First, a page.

Horse racing industry to recover £30m from gambling operators
By Lia Hervey
Last Updated: 30/03/17 12:41pm
The future of Horse Racing is expected to undergo historic changes by the time of the Grand National.
The House of Lords has approved changes to the horse racing levy rules which mean the horse racing industry can recover £30m from offshore digital gambling operators.
Horse racing as a sport doesn't receive government funding but instead bookmakers pay 10.75 per cent of their profits back to the sport through the levy.
Since 2009 online betting has increased and 50 per cent of bets are now done this way. This coupled with numerous betting companies moving offshore has meant the income generated to horse racing has declined from £100m annually to £50m.
The industry claims the grassroots of the sport have been hit hard.
The bill, which aims to reclaim the cash from online operators, has to go through one final hurdle. The European Commission in Brussels needs to give the final go-ahead. This has been delayed and is not expected until next week.
A spokesman for the EU Commission said their "assessment was ongoing and they are working to finalise it as soon as possible".
The changes are likely to be in effect by the Grand National on April, meaning the Horse Racing industry will have started bringing in extra funding, which could total £30m a year.
The extra money is being earmarked for grassroots, anti-doping and anti-corruption, welfare and training and science, research and education.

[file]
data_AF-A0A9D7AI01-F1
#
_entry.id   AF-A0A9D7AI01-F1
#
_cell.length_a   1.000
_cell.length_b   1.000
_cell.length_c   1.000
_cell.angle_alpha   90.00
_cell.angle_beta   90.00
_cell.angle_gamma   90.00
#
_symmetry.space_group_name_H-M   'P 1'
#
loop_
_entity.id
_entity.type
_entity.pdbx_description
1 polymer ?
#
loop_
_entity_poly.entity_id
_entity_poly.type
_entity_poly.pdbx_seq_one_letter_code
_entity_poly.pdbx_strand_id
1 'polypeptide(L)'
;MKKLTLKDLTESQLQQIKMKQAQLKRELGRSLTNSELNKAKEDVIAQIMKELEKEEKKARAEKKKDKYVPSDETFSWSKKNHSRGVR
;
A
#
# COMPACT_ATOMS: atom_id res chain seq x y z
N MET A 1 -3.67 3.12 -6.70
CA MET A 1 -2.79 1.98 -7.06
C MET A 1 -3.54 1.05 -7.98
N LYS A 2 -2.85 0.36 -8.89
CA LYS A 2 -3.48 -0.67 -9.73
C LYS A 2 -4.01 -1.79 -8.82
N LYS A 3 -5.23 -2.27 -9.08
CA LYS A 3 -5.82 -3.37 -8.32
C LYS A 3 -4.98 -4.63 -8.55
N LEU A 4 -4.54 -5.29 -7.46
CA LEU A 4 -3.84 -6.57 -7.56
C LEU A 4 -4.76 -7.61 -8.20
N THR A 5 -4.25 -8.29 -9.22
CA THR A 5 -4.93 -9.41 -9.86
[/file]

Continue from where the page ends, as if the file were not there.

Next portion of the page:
Will Lambe, Director of Corporate Affairs at the British Horseracing Authority (BHA), said: "British racing has moved a significant step closer to achieving a fair, enforceable and sustainable return from all betting activity on the sport. This has been the result of a sustained campaign for a number of years.
"We appreciate enormously the support that Parliamentarians across the political spectrum have provided to our unique and multi-billion pound industry. Parliament has made clear its will that the funding of British racing should be supported by legislation that reflects fully today's digital economy.
"We now await the anticipated European Commission clearance, as the final formal step in the process and which will secure the new Levy and have a transformative effect on our sport, in particular its grassroots and our tens of thousands of employees.
"We look forward to working with our partners in the betting industry and beyond to grow interest and participation in our sport."